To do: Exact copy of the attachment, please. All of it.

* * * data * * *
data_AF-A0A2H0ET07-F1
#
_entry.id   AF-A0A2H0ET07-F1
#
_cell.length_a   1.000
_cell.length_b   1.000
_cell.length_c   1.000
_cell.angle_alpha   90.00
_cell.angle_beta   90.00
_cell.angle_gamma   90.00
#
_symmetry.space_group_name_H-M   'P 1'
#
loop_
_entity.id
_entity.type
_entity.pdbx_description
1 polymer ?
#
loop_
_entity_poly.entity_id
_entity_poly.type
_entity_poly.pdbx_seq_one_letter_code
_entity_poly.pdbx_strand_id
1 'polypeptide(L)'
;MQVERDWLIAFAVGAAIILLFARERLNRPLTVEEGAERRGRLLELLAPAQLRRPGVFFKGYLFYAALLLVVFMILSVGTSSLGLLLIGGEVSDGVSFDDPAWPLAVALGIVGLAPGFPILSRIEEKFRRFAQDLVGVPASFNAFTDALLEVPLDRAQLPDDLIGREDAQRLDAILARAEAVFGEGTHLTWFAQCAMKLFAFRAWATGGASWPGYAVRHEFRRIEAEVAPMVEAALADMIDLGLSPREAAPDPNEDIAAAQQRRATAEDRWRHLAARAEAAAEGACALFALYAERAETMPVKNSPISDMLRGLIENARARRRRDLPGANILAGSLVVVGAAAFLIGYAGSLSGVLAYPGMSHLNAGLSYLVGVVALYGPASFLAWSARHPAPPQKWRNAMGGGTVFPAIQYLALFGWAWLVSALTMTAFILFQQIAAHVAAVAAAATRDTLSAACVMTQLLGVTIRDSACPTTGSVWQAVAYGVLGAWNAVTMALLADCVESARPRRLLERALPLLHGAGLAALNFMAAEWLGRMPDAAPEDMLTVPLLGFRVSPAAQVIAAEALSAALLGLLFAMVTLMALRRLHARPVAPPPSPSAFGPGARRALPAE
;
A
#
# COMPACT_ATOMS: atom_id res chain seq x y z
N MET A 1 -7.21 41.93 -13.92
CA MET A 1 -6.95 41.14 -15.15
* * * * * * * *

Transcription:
data_AF-A0A2H0ET07-F1
#
_entry.id   AF-A0A2H0ET07-F1
#
_cell.length_a   1.000
_cell.length_b   1.000
_cell.length_c   1.000
_cell.angle_alpha   90.00
_cell.angle_beta   90.00
_cell.angle_gamma   90.00
#
_symmetry.space_group_name_H-M   'P 1'
#
loop_
_entity.id
_entity.type
_entity.pdbx_description
1 polymer ?
#
loop_
_entity_poly.entity_id
_entity_poly.type
_entity_poly.pdbx_seq_one_letter_code
_entity_poly.pdbx_strand_id
1 'polypeptide(L)'
;MQVERDWLIAFAVGAAIILLFARERLNRPLTVEEGAERRGRLLELLAPAQLRRPGVFFKGYLFYAALLLVVFMILSVGTSSLGLLLIGGEVSDGVSFDDPAWPLAVALGIVGLAPGFPILSRIEEKFRRFAQDLVGVPASFNAFTDALLEVPLDRAQLPDDLIGREDAQRLDAILARAEAVFGEGTHLTWFAQCAMKLFAFRAWATGGASWPGYAVRHEFRRIEAEVAPMVEAALADMIDLGLSPREAAPDPNEDIAAAQQRRATAEDRWRHLAARAEAAAEGACALFALYAERAETMPVKNSPISDMLRGLIENARARRRRDLPGANILAGSLVVVGAAAFLIGYAGSLSGVLAYPGMSHLNAGLSYLVGVVALYGPASFLAWSARHPAPPQKWRNAMGGGTVFPAIQYLALFGWAWLVSALTMTAFILFQQIAAHVAAVAAAATRDTLSAACVMTQLLGVTIRDSACPTTGSVWQAVAYGVLGAWNAVTMALLADCVESARPRRLLERALPLLHGAGLAALNFMAAEWLGRMPDAAPEDMLTVPLLGFRVSPAAQVIAAEALSAALLGLLFAMVTLMALRRLHARPVAPPPSPSAFGPGARRALPAE
;
A
#
# COMPACT_ATOMS: atom_id res chain seq x y z
N MET A 1 -7.21 41.93 -13.92
CA MET A 1 -6.95 41.14 -15.15